When will the prolonged symptoms of COVID disappear? What the study found

In this file photo, longtime COVID patient Gary Miller sits on his sofa at home with his dog Robert in London, Tuesday May 11, 2021. For Miller taxi driver, recovery is agonizingly slow.

In this file photo, longtime COVID patient Gary Miller sits on his sofa at home with his dog Robert in London, Tuesday May 11, 2021. For Miller taxi driver, recovery is agonizingly slow.


We’ve already learned for a long time that COVID can last for a long time for people after infection with the coronavirus, with symptoms persisting weeks or even months later.

Now, for those dealing with the medical phenomenon, a new study published Jan. 11 in the peer-reviewed journal The BMJ offers insight into when symptoms can finally end — setting a cut-off point for people.

Researchers found that after a mild infection with COVID-19, persistent health effects lasted for months for the majority of people who came into contact with it, but Most of the symptoms subsided within a yearAccording to the works conducted in Israel.

The findings came after an analysis of the health records of nearly two million Israeli patients, vaccinated and unvaccinated, who underwent a COVID-19 test between March 2020 and October 2021.

Long COVID symptoms were found to be “most noticeable” in the first six months after infection. They then began to calm down afterward, the researchers wrote.

The results indicate that “mild disease does not lead to serious or long-term chronic morbidity in the vast majority of patients,” the researchers wrote.

Here’s what else you should know about the study:

More on research

When the research was conducted in Israel, the original SARS-CoV-2 strain as well as the alpha and delta variants were circulating in Israel, according to the study. Despite the different variables, study results have remained consistent when it comes to COVID for a long time.

Among nearly 2 million patient health records examined, the researchers compared nearly 300,000 patients who tested positive for COVID-19 — after excluding those who were hospitalized — and nearly 300,000 patients who tested negative.

The study included more than 118,000 patients under the age of 18 who had previously had COVID-19, and the average age of those who tested positive for the virus was 25, according to the research.

Among those who tested positive for the virus, many long COVID results were reported and they were divided into two categories – symptoms reported in the early stage, within one to six months after testing positive, and late stage, within six months to a year after testing positive depending on studying.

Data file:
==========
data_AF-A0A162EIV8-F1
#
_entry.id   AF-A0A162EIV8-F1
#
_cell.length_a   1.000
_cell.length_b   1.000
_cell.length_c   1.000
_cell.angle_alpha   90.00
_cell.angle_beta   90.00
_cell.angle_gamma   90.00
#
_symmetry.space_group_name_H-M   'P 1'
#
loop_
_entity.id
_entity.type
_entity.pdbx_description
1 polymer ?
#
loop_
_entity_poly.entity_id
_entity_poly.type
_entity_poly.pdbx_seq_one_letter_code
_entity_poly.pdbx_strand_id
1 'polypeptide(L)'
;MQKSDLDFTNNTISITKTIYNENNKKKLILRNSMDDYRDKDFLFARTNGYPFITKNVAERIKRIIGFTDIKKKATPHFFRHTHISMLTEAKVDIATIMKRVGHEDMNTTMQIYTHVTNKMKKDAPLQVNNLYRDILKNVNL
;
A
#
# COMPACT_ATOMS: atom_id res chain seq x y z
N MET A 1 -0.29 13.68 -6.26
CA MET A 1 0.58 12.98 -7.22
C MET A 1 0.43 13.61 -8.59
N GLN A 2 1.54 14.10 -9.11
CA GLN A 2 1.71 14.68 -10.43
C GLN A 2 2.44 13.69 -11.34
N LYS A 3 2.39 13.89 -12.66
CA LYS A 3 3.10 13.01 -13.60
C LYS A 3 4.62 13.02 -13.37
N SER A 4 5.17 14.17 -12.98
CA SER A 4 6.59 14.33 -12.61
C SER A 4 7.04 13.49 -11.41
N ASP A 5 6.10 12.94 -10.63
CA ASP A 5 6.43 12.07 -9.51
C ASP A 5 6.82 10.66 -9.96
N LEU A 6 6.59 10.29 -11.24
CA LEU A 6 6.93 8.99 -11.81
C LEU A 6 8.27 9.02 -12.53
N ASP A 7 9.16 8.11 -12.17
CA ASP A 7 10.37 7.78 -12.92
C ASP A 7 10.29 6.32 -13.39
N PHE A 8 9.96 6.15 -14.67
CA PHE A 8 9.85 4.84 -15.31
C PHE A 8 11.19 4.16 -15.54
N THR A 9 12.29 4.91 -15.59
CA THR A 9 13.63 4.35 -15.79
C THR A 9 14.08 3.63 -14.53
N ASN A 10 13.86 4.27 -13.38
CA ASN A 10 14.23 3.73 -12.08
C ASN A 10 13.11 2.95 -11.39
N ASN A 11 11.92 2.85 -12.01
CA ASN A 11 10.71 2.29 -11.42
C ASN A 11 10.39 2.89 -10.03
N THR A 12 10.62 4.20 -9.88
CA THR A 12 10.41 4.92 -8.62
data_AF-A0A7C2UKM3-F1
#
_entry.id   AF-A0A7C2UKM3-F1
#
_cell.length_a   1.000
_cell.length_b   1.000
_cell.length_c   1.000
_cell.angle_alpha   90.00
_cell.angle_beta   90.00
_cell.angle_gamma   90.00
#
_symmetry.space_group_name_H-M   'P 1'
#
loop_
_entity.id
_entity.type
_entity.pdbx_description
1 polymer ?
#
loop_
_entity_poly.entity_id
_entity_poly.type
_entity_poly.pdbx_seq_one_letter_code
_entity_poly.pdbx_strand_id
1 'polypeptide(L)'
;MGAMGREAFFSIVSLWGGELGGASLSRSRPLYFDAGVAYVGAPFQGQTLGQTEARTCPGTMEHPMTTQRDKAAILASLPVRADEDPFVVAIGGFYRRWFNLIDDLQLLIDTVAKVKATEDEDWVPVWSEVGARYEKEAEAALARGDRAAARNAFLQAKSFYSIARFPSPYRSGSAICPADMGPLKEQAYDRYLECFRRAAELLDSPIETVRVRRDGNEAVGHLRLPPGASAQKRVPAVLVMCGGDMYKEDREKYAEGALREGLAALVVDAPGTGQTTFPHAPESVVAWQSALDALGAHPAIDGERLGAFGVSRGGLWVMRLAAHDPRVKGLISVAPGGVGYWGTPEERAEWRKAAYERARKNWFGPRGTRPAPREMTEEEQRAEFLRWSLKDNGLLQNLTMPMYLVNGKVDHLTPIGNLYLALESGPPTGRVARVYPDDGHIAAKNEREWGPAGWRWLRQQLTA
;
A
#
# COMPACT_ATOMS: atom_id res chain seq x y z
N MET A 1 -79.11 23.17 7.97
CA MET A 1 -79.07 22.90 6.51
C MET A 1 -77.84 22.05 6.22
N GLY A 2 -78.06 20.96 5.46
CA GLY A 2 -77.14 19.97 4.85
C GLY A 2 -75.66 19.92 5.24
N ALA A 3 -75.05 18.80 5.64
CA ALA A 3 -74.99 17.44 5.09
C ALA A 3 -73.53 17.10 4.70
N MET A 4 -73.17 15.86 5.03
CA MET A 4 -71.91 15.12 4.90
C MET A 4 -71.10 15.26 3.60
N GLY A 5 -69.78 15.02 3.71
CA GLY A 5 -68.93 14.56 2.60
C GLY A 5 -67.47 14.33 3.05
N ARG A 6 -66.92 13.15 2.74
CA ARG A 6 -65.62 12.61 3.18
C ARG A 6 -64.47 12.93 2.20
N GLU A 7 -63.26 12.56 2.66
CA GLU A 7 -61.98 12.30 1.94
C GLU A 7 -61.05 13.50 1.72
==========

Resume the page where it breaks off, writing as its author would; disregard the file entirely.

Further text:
In the researchers’ analysis of the data, factors including the age and gender of patients, as well as COVID-19 variables, were taken into account.

The study found that during both the early and late stages, a mild infection with COVID-19 increased the risk of loss of smell, change in taste, difficulty breathing, brain fog, fatigue and heart palpitations.

There is also a “significant but lower” risk of tonsillitis and dizziness during both phases, the researchers wrote.

According to the study, the risk of developing other symptoms such as hair loss, chest pain, coughing, sore muscles, and respiratory problems was only increased during the first six months after a positive COVID-19 test.

In particular, vaccinated patients infected with COVID-19 had a lower risk of developing breathing problems but had a “similar risk of other outcomes compared to unvaccinated infected patients,” the authors wrote.

The study also showed that there were only slight differences between men and women when developing prolonged COVID, and that children were less affected by prolonged COVID symptoms in the first six months after infection.

for most Long covid patients“This is only going to get better,” study author Maittal Bevas-Pineta told NBC News.

One of the strengths of their research, the study authors write, is that it included many younger patients, who they said were “underrepresented” in previous studies, who had mild COVID-19 infections.

A limitation of the work, they said, is that the prolonged COVID symptoms identified in the study were those reported by patients, not those diagnosed.

What are the odds of getting a long-term covid virus?

According to research from the Centers for Disease Control and Prevention published in May, about 1 in 5 adults COVID symptoms may appear at least one long time after infection.

In late August, the Brookings Institution reported that about 16 million people in the United States between the ages of 18 and 65 estimated Living with COVID for a long time.

The long term COVID has been made popular by patients who have continued to experiment lasting health effects of the virus, according to the US Department of Health and Human Services.

Profile photo of Julia Marnin

Julia Marnin is a McClatchy National Real-Time reporter covering the Southeast and Northeast while in New York. She is a graduate of the College of New Jersey and joined McClatchy in 2021. She previously wrote for Newsweek, Modern Luxury, Gannett, and more.

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